GeoSphere

Geology Photo of the Week # 18 – Jan 13-19

The photo for this week is something that I stumbled upon the other day when looking for directions to a friend’s house. It is a large scale concentric feature on the landscape and is located about 40 minutes north of Kingston near the hamlet of Holleford. I have actually been to this location in person when I was a geology undergrad and so I had the benefit of prior knowledge to help me interpret this feature. However, the person who discovered the feature, using aerial photos in the 1950’s did not. Try to guess what you think this could be?

Well, have you thought about it? It is actually an impact structure left behind from a meteorite impact. It was first identified by Dr. Carlyle Beals using air photos and has since been the subject of geophysical study and drilling by the Geological Survey of Canada that has confirmed its identity as an impact feature. It is about 2.5 km in diameter and only 30m deep as it has been extensively eroded by glaciations since its impact about 550 million years ago in the Ediacaran.  Nonetheless, the topography still remains and the geophysics confirm it. The geophysical surveys showed gravity and magnetic anomalies and drilling found evidence of shocked quartz, which is a smoking gun for meteorite impacts.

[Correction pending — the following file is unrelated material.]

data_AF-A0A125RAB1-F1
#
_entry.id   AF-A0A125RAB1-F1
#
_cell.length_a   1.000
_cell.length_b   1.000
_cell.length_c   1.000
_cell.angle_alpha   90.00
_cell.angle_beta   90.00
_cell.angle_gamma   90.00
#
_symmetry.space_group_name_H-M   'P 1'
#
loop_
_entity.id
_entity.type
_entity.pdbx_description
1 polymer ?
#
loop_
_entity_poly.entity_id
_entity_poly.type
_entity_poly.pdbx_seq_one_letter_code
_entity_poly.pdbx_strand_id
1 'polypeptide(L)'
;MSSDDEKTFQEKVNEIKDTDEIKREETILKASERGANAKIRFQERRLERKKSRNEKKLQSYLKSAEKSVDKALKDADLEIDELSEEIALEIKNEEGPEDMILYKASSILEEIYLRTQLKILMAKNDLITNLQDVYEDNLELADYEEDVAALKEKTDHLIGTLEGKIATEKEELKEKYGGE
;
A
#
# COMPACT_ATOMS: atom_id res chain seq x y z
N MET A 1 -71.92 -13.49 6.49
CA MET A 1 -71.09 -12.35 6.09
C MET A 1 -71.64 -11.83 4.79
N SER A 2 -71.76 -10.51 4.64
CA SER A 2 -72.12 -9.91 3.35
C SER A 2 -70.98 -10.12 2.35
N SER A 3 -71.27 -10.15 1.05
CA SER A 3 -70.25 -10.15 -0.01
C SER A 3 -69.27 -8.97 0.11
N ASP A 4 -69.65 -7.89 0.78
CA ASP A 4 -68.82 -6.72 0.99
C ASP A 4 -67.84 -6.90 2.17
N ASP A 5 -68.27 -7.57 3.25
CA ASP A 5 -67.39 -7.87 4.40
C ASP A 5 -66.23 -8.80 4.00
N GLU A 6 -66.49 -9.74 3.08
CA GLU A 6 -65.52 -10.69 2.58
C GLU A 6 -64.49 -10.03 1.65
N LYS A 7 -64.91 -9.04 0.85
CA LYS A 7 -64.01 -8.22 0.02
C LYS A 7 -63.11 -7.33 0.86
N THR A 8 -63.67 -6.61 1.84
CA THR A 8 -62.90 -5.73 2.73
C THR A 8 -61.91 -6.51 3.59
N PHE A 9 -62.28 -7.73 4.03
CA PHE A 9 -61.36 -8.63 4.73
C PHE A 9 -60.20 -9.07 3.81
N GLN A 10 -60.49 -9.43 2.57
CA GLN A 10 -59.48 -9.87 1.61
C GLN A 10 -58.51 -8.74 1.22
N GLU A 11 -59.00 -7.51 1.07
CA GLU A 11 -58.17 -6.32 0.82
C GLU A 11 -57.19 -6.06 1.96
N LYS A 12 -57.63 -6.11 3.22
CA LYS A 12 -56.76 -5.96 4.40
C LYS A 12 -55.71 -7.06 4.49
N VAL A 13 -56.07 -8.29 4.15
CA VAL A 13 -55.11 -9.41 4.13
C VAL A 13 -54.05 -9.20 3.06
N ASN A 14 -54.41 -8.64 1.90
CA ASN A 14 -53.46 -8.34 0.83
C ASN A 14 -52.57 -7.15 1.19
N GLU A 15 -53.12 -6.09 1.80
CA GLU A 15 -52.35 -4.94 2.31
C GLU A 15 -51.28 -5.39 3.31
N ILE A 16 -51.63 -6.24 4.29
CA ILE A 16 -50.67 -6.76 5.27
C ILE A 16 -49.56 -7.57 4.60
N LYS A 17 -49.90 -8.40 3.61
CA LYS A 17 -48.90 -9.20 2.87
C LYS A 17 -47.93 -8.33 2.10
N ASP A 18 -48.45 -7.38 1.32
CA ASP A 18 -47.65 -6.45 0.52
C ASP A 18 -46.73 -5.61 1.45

I think it is pretty cool that features like this are visible in Google Maps/Earth and available for anyone to discover or rediscover in this case. I imagine that there are dozens or even hundreds of features like this around the world that have not been discovered yet or realized to be impact related.  I expect there is still room for exploration now that tools like these are available to everyone and could shed light on the tortuous history our Earth has experienced.

Cheers,

Matt

Further Reading:

http://ottawa-rasc.ca/wiki/index.php?title=Odale-Articles-Holleford

 

Matt Herod is a Ph.D Candidate in the Department of Earth Sciences at the University of Ottawa in Ontario, Canada. His research focuses on the geochemistry of iodine and the radioactive isotope iodine-129. His work involves characterizing the cycle and sources of 129I in the Canadian Arctic and applying this to long term radioactive waste disposal and the effect of Fukushima fallout. His project includes field work and lab work at the André E. Lalonde 3MV AMS Laboratory. Matt blogs about any topic in geology that interests him, and attempts to make these topics understandable to everyone. Tweets as @GeoHerod.
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